On Thursday, June 4, over 85 preservationists, architects, engineers, planners, facilities managers, and others gathered in the Eisenhart Auditorium at the Rochester Museum & Science Center to learn how and why to improve the energy performance of historic buildings. Jean Carroon, FAIA, LEED, Principal for Preservation at Goody Clancy in Boston, shared her years of experience exploring ways to pair sustainability and preservation.
The day-long workshop was a good news-bad news situation.
The bad news? Climate change is a huge problem, with new evidence coming out to show the impacts of human activity on our planet are even worse that scientists thought just a few years ago. As often as I’ve heard about or read the statistics on this, it gives me chills every time I see the stark images of melting glaciers that point to accelerating, dramatic change. The construction and operation of buildings, as Jean said (and as I say in my own presentations on this topic), is a huge source of carbon dioxide emissions.
The good news? Because buildings are such a problem now, they also represent a tremendous opportunity to make changes – and any historic building’s energy performance can be improved.
But, back to a little bad news. Many of the things that are being promoted as “the solution” – new “green” products, McMansions with lower energy bills, or – ack! – replacement windows – are ineffective or, worse, have the opposite effect of what they’re supposed to. Many so-called “green” products may improve a building’s energy performance, or have recycled components, or whatever, but given the full life cycle of those products – the way they were made, how they were transported, their long-term effect on the health of the building and its occupants (keep in mind, asbestos was once a miracle product touted for its energy-saving potential), it is likely that few of these new products are all they’re cracked up to be, and some may even have very negative unintended consequences for human and/or building health in the long run. Not to mention the many problems with building new “green” buildings to try to stave off climate change; of course new buildings should be green, but in many cases, reuse of an existing building is a much more sustainable solution.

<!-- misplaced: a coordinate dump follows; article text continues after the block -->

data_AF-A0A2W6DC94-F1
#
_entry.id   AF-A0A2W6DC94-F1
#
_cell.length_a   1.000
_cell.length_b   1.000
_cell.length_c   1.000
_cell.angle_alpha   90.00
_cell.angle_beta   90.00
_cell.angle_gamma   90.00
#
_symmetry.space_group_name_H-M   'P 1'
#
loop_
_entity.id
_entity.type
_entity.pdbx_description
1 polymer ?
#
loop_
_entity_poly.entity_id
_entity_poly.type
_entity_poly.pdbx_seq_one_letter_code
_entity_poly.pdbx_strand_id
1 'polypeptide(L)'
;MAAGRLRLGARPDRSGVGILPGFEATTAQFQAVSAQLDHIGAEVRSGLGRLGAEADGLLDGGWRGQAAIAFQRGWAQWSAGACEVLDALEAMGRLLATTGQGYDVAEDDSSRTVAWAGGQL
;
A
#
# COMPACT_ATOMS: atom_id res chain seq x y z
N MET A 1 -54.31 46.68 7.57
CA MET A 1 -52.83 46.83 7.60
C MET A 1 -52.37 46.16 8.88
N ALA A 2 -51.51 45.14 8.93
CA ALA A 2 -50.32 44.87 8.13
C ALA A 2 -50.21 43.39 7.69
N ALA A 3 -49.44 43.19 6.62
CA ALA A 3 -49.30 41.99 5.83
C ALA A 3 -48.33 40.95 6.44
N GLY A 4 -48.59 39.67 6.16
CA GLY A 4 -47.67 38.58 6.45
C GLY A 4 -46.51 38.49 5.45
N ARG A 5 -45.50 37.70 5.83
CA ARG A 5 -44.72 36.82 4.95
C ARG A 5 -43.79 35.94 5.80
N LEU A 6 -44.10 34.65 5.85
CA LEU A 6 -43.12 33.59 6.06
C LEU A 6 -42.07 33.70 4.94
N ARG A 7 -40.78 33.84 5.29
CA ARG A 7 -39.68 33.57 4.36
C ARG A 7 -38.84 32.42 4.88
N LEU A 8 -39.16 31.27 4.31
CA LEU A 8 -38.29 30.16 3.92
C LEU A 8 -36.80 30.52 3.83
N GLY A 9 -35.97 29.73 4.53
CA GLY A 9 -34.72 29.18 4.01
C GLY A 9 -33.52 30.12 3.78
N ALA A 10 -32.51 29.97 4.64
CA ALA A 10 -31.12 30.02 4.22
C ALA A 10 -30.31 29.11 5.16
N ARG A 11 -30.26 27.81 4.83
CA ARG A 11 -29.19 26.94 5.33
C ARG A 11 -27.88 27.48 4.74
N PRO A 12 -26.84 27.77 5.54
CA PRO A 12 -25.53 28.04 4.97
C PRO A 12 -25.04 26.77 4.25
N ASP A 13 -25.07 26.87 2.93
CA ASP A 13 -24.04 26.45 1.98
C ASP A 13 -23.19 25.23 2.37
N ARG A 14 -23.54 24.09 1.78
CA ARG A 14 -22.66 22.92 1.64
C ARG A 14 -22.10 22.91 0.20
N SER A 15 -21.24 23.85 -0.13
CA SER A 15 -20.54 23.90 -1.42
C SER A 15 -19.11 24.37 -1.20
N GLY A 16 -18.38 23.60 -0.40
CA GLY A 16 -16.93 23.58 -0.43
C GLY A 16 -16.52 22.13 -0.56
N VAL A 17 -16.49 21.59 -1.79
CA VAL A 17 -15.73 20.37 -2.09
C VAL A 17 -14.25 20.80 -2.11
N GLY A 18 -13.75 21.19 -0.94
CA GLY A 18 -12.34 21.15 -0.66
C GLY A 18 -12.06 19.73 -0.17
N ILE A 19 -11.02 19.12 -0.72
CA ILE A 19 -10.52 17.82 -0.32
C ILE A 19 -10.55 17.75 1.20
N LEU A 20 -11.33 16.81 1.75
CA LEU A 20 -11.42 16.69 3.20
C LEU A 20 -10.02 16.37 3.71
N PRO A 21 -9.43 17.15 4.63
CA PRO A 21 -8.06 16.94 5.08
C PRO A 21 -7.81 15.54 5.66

Now back to the bright side. The most important things that we can do to reduce our personal carbon footprints are good for historic buildings! Insulating attics and basements, installing programmable thermostats (and setting the temperature on the low side in winter, high in summer), washing clothes in cold water and drying them on a clothesline, turning off the lights, maintaining boilers and steam traps, repairing and caulking around leaky windows so they perform as they were designed to – these are small steps, but they matter, and they won’t harm (and may improve) your building physically or aesthetically. These steps are inexpensive and have a short payback period, so not only are they effective in reducing energy consumption, they save money for the building owner.
On a larger scale, of course, we need to stop demolishing buildings that could be recycled, avoid building unnecessary new buildings, and find new uses for old buildings. These are the actions that can truly have a global impact. Once again, these things are obviously good for historic buildings, and good for the economy – studies have shown that building reuse creates more jobs than new construction, and is a more effective economic stimulus.
Here’s the best news of all. Even with her thorough understanding of the implications of climate change, and the role of existing buildings in contributing to it, Jean believes that “the preservation movement is, in many ways, the hope for the future,” and that “existing buildings are going to be what saves the world.”
Jean believes that the historic preservation movement embodies “a culture of repair, a culture of renewal.” That’s what we’re all about: keeping what we have, fixing it rather than throwing it out, sticking to tried and true methods designed to ensure that the things we have – particularly the well-designed, well-made things we love – last a really, really long time. And making sure that when something new is built, it contributes in a positive way to the long-term environmental, economic, and cultural health and sustainability of our communities. Given our nation’s throwaway culture in recent decades, we’ve sometimes seemed to be shouting into the wind. But the winds are changing, and we should be at the forefront.
Posted by Katie Eggers Comeau, Director of Preservation Services